I like the kind of "blue ocean strategy" label. Stands out. Cuts through assumptions about wine in general.

Posted by: Raimo van der Klein at April 18, 2007 2:50 PM

Hey, I could not care less about the ice issue. What I care about is, the label is beautiful, the name promises myths and delight and I am sure the wine is a knock-out.

Posted by: Karin at April 18, 2007 2:51 PM

That is a very smart move. And a terrific label. Idea embodied in
product rather than tacked on like Magniers. And feeding off the ideavirus that is the cider fashion.

Moreover, as others have suggested, in many countries the adding of ice or the chilling of red wine is not completely outlandish so there is an existing pedigree of smartness there as well.

One question - what if you drink it without ice - is it stronger than mainstream rose?

Posted by: John Dodds at April 18, 2007 3:10 PM

"Chill it and kill it!"

Free tagline from me to you sir.

Posted by: Joe Raasch at April 18, 2007 3:18 PM

I can't wait to get hold of a bottle.

good luck


Posted by: Asi at April 18, 2007 3:32 PM

Great looking. Well done

Posted by: Andrew at April 18, 2007 3:54 PM

My wife and I always drink red wine over ice...full-bodied australian reds take the ice quite nicely...along with stormhoek pinotage...I know there are winemakers rolling over in their graves, but we like it...read our review of the review of the pinotage (over ice) here...
3 things I love about the shore... ...

Posted by: Jim at April 18, 2007 4:54 PM


Just went back, and I was misremembering Riunite a bit--because I was young, not because I over-imbibed in it. :) "Riunite on ice" was about serving their wines well-chilled. Here's some vintage ads:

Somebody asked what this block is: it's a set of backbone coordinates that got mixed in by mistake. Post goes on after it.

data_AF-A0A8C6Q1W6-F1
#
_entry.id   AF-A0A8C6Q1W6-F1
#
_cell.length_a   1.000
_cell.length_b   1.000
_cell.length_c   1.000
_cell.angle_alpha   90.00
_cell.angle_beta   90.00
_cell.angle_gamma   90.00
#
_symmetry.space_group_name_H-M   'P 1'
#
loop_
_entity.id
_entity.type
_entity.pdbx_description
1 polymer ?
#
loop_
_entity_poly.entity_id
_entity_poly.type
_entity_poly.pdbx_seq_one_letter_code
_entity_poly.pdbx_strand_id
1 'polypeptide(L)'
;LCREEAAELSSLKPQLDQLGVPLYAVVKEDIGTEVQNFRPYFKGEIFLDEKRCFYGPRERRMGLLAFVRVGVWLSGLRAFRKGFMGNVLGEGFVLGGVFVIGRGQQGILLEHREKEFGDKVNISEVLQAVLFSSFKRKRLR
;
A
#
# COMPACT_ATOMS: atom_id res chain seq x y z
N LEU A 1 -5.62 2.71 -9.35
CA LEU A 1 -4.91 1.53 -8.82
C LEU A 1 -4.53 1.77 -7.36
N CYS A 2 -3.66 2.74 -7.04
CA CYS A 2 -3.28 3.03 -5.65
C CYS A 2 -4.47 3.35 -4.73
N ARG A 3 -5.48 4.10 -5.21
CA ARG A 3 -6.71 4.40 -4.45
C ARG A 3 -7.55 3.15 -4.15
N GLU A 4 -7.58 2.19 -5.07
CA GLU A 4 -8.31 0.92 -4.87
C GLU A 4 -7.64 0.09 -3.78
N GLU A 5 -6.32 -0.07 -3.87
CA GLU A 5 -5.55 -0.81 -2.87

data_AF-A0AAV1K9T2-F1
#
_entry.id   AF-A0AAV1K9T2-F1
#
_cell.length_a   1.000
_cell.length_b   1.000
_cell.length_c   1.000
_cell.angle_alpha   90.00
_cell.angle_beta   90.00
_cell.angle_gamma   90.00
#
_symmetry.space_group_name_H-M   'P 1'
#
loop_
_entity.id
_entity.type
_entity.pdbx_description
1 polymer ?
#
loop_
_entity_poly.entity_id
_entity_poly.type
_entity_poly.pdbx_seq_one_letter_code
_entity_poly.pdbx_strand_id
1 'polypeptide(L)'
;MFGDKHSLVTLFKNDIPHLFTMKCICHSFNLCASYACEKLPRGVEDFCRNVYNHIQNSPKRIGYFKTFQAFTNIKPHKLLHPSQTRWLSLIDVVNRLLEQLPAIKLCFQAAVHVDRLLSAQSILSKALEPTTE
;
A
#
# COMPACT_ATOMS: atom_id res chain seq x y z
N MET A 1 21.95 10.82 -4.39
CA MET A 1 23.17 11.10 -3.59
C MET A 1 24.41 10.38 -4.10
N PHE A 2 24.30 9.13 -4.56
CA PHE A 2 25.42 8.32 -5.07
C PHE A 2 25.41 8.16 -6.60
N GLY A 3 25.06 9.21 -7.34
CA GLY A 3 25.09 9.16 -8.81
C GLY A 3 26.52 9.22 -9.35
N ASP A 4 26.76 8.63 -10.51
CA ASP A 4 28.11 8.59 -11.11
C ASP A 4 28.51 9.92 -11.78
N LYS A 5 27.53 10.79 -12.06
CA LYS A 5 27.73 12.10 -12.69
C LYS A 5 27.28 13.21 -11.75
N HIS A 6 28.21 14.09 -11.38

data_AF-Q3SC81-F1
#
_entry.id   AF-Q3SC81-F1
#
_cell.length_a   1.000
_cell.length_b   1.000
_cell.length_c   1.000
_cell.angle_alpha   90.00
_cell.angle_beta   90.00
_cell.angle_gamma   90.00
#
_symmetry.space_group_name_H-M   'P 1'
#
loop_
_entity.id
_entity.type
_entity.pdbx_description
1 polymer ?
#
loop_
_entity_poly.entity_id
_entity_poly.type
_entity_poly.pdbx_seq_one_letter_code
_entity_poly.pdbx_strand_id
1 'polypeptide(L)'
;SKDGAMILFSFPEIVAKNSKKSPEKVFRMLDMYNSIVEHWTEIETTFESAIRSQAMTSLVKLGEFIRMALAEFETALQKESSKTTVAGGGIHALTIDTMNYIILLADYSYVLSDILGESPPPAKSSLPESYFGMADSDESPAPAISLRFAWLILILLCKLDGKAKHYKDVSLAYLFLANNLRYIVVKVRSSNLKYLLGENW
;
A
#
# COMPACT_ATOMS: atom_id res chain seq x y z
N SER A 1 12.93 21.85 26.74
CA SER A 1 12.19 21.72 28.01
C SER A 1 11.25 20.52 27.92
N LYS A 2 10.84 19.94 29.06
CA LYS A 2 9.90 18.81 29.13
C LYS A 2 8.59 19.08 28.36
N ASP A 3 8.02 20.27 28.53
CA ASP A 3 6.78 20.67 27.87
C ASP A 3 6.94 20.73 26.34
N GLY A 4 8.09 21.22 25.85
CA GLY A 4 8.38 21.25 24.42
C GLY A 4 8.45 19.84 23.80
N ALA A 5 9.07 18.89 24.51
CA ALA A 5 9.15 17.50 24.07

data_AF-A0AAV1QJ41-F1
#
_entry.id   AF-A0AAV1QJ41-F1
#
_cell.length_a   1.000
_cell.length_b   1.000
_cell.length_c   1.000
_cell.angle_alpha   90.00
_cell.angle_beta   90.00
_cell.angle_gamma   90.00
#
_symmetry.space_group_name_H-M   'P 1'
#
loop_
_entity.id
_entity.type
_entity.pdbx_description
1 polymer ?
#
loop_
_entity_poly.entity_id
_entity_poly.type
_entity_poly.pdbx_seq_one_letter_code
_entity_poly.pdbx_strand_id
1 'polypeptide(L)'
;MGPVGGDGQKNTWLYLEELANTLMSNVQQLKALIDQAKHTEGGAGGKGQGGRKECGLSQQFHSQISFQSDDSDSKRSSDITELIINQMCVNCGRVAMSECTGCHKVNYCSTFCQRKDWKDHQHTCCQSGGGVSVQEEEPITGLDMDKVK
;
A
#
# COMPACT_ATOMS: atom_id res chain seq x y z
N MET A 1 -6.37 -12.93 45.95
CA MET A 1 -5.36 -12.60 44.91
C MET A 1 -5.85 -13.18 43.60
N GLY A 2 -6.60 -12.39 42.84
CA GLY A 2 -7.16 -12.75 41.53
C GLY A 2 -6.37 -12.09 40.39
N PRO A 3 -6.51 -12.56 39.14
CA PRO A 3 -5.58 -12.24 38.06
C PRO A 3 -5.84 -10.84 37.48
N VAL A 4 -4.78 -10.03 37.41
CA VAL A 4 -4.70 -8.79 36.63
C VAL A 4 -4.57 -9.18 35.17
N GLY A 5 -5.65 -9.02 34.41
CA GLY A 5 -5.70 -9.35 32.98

I think it was actually Boone's Farm (another low-end wine made with pears) that recommended serving chilled or over ice.

At any rate, I hope it does well--even with the snobs! Nothing would be better on a Hotlanta summer day...

Posted by: Brandon at April 18, 2007 5:55 PM

What a nice husband, that Graham! T

he packaging is brilliant. Note how the glasses almost look like stilleto heels ... you need to stock Miami Beach shelves with this stuff!

I was turned off by rose until I tried some in Navarra, Spain last year. If it's good rose, it's great to enjoy on a hot sultry evening, which is pretty much every night here in Miami.

Posted by: Manola Marketblanik at April 18, 2007 6:05 PM

Was saying just the same thing myself. A Truman show moment.


Posted by: Thomas Otter at April 18, 2007 8:09 PM

I just love, love that label on the bottle. Ice in wine, never tried before, but we all need to try something at different least once. Who knows, I might even like it.

Posted by: Maddison at April 19, 2007 4:23 AM

Those graphics really pop. Love, love, love the look.

Posted by: Kimber at April 19, 2007 1:29 PM

There's always perhaps using the phrase "on the rocks" instead of "on ice", though I guess it would be for debate to see how that wording works with your target audience. As a female and a bartender who likes her rose & white cold...I like the idea of maybe putting "rocks" in there with the graphic & "Couture"...Maybe something like "Tastes best on the rocks" or "Delicious on the Rocks"?...Needless to say I'll be keeping an eye out for this bottle :)

Posted by: Eileen at April 20, 2007 2:28 PM

Mmm. Is there such a thing as 'LEGO' brand creation? Take a pale imitation of Paul Smith branding as your label, swop rose wine for cider to mimic magners success and call it something vapidly aspirational 'couture' rather than 'emporio blah' and do you have anything other than an extremely shallow attempt to boost your rose wine sales? Deserves to bomb, but will probably sell well amongst the herd.

Posted by: DrSnowboard at April 20, 2007 10:01 PM

how about the label reading: "try it over ice" - a softer, more suggestive, permission giving but less pushy tag that gets the point across.

Posted by: nick mcelwee at April 22, 2007 2:53 AM

Tagline: what about 'Drape it over ice' or 'Looks best on ice' to support the 'couture theme.

Posted by: Mona at April 23, 2007 8:00 AM